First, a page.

Well if you’ve been following so far you will no doubt have worked out that a change in footwear is going to be the single most important thing that you need to do. Avoid any footwear which pushes the toes together. Anything with a heel is also likely to be a problem. Of course most people with the condition will have quickly worked out which shoes hurt them and which shoes don’t. Generally a shoe with open toes or with a wide toe box is likely to be your best option. Some people will go up a shoe size to find something comfortable. Walking barefoot around the house is also likely to be helpful. 

Suitable Footwear

The next self help treatment are the orthotics. Various types are available but ones which support the transverse arch of the forefoot are likely to be the most helpful. Mortons neuroma pads or insoles with a metatarsal dome can also be helpful for some people especially if you have a very flat foot. 

Metatarsal Pads                                        Insole with a Metatarsal Dome

However, the best option is to see a podiatrist who can provide a bespoke orthotic tailored to your individual foot posture. 

Custom fit Insoles from a Podiatrist

Anti-inflammatories can also be helpful, especially during the early stages when the nerve might feel inflamed or if you’re getting any resting pain. The gel or creams are unlikely to penetrate to a depth where they can be helpful and so the tablets, such as ibuprofen are a better option. Taken for a few weeks at maximum dose can be helpful in some cases. Not everyone can take anti-inflammatories so please check with a pharmacist or a prescriber before taking them.

The idea of all the things we’ve discussed so far is to stop irritating the nerve and ultimately reduce any swelling or fibrosis around the nerve. 

If the pain continues despite trying these self-help treatments then you have a choice to make. You can continue to follow the footwear and / or orthotic advice for the long term. If your symptoms are mild and manageable then this might be a perfectly good option for you. But, if your symptoms are more severe and intrusive then you might want to seek a specialist opinion to discuss the additional treatments that an expert foot & ankle clinician can provide.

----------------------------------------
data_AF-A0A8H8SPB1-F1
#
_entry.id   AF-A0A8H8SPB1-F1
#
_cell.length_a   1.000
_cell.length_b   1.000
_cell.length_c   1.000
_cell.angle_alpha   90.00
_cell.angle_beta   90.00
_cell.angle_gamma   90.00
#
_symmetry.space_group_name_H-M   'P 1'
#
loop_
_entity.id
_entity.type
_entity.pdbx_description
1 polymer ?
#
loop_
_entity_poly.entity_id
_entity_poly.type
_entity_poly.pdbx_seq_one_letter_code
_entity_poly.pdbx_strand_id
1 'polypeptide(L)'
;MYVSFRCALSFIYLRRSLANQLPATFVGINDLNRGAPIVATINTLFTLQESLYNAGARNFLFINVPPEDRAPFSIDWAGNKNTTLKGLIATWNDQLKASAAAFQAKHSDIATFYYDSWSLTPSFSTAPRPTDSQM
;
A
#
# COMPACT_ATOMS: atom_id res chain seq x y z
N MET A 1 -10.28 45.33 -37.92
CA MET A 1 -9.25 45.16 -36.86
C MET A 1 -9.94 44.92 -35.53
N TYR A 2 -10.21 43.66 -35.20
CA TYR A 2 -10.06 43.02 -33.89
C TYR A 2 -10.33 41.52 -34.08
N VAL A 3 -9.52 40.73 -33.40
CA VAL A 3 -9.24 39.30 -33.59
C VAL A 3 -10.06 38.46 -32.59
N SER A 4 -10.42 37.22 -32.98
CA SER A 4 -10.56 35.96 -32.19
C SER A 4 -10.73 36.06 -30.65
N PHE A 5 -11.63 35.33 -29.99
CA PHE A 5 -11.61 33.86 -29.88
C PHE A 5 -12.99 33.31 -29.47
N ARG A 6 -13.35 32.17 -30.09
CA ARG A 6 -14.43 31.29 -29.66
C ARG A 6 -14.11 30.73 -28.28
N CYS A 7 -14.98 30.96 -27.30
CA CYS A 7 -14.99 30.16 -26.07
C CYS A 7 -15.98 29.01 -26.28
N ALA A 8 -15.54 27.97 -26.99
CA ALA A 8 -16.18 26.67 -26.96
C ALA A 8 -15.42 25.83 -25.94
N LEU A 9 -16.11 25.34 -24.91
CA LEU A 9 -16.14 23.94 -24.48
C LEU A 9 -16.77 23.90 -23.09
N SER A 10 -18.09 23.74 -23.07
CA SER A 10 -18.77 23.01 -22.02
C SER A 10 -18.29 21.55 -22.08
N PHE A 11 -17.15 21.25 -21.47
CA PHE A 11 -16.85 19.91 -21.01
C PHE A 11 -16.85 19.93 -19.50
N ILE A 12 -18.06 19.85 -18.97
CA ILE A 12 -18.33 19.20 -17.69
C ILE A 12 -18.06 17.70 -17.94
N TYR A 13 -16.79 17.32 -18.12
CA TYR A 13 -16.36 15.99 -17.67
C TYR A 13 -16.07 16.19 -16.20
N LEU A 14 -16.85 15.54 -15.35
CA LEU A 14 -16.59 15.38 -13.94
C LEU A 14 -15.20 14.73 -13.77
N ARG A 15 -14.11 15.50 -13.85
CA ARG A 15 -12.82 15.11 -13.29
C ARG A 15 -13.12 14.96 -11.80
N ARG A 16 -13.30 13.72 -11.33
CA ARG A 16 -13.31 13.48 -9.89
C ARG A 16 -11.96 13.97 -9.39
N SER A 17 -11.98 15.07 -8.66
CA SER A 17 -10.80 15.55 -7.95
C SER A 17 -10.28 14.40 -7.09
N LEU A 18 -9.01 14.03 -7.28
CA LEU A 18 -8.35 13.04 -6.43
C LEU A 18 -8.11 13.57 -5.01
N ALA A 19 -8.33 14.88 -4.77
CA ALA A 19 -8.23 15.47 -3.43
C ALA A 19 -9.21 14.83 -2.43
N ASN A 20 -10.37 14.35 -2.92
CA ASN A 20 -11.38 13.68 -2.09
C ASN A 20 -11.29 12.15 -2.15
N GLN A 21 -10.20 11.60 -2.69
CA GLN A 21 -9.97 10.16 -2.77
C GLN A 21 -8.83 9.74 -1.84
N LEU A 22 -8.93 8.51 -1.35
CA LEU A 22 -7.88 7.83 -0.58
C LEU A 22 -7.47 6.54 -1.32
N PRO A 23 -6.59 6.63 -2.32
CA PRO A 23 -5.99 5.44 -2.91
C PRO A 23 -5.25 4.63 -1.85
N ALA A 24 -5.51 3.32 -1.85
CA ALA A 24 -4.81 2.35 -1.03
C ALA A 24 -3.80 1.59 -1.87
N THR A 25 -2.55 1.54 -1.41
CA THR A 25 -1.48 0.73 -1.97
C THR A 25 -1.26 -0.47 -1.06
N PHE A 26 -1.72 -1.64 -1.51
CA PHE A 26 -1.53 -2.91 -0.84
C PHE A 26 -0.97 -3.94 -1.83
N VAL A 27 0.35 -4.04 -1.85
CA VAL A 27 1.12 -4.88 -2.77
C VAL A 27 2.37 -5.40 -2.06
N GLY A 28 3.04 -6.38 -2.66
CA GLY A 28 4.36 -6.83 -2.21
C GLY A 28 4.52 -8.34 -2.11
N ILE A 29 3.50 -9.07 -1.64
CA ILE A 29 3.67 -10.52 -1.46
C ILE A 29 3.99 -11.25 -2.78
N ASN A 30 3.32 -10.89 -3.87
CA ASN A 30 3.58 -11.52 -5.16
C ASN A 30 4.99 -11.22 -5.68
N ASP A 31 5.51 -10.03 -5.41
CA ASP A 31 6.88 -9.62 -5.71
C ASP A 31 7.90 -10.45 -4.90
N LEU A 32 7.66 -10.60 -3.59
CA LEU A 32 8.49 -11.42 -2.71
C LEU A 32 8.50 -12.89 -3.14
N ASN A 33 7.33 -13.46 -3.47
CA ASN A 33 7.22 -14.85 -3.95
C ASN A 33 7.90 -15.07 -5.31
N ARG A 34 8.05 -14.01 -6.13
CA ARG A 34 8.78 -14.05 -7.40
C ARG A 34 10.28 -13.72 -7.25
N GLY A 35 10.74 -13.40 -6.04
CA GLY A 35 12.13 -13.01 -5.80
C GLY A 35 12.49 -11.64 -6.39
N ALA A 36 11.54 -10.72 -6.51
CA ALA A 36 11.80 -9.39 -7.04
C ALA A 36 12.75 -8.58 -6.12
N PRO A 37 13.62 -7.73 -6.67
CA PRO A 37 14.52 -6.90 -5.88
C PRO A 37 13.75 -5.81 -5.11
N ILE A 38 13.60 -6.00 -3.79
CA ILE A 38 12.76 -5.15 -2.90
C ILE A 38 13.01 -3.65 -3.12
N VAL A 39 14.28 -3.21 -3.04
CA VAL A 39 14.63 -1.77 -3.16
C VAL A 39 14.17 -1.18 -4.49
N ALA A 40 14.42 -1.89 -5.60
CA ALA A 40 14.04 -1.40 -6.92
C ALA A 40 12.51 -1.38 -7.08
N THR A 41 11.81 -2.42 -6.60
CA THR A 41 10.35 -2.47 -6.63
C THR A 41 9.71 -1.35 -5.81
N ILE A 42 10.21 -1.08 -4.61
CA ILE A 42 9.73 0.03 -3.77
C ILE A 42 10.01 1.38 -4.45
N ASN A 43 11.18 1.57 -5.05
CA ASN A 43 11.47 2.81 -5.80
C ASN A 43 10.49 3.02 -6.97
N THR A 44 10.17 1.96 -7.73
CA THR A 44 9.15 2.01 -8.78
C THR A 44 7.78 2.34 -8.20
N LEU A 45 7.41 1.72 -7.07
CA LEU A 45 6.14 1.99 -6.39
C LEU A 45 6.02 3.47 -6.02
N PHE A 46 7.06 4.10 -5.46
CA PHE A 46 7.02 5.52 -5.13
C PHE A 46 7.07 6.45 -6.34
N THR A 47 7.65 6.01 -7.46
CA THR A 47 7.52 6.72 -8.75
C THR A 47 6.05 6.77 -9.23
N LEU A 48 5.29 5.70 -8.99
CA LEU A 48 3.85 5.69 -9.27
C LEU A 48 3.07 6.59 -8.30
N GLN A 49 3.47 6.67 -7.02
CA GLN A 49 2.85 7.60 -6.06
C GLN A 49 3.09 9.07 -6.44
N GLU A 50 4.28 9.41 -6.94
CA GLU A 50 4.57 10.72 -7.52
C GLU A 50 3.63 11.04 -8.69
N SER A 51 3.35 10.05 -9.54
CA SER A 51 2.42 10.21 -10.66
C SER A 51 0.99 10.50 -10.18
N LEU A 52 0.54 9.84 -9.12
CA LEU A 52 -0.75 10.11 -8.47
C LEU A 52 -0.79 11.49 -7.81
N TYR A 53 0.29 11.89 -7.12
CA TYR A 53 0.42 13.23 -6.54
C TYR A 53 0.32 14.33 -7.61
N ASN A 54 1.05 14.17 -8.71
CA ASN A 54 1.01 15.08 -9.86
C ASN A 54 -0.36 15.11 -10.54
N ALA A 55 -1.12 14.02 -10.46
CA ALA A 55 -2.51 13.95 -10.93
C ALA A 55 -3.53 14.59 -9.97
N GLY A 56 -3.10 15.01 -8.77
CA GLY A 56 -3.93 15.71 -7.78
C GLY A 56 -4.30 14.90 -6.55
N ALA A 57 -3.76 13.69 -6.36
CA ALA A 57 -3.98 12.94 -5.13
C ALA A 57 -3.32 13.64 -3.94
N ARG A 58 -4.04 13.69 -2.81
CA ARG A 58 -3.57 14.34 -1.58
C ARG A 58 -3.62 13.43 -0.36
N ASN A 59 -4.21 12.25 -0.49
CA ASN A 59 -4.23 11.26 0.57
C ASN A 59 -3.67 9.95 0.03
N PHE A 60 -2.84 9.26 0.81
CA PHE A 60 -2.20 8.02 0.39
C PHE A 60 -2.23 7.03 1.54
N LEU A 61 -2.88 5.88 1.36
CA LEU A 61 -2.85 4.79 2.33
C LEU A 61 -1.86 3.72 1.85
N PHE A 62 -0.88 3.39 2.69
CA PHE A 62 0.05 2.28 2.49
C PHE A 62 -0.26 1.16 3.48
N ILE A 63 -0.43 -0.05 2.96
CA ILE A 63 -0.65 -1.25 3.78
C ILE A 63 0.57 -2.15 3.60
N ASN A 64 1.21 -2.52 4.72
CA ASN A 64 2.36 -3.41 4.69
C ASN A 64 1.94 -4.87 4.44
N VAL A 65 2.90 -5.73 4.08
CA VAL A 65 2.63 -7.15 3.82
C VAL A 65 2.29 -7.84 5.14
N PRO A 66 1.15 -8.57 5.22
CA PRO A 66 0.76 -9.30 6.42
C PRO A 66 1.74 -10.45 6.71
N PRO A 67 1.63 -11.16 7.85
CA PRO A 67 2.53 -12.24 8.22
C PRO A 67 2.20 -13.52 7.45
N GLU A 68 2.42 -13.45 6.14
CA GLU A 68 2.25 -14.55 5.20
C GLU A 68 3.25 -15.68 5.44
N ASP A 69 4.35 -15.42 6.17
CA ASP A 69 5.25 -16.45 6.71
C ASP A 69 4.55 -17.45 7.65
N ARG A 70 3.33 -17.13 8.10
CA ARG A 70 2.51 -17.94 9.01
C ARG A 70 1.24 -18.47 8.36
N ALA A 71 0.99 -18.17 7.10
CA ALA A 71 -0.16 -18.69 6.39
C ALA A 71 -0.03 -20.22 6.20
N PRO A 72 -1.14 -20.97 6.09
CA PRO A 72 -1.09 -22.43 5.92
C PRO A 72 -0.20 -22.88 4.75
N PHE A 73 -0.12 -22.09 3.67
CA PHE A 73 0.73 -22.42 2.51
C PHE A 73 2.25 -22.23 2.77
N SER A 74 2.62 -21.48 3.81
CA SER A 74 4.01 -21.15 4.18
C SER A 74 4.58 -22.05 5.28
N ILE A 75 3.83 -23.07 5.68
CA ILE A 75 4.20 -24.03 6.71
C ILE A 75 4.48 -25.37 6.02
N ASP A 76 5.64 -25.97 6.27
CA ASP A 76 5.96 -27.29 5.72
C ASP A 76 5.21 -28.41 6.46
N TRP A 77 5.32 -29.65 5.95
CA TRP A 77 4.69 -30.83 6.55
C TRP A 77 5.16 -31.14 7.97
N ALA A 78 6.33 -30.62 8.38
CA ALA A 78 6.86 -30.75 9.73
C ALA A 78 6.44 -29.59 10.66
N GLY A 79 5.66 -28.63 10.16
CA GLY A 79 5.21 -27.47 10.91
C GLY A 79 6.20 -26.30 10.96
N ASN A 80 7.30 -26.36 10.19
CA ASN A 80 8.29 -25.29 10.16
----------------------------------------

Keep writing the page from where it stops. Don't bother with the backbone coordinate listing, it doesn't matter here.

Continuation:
Specialist Treatments

The first additional treatment that might be offered is a cortisone injection. For a persistent Mortons neuroma this is usually the next thing to try. Cortisone is a steroid which is injected between the toes and aims reduce swelling and inflammation around the nerve. It can often be very helpful, but if the neuroma is large and fibrotic rather than inflamed, then the result might be short-lived.

Cortisone Injection

Other specialist treatments are alcohol injectionsradiofrequency ablation and minimally invasive cryosurgery. These treatments all aim to shrink the neuroma by using non-surgical means.

Surgery is the last remaining treatment option. Depending on the size of the neuroma, a surgeon can either remove fibrous tissue from around the thickened nerve (neurolysis) or just remove the whole nerve (neurectomy), which will hopefully resolve the pain but will leave a permanent area of numbness around the affected toes.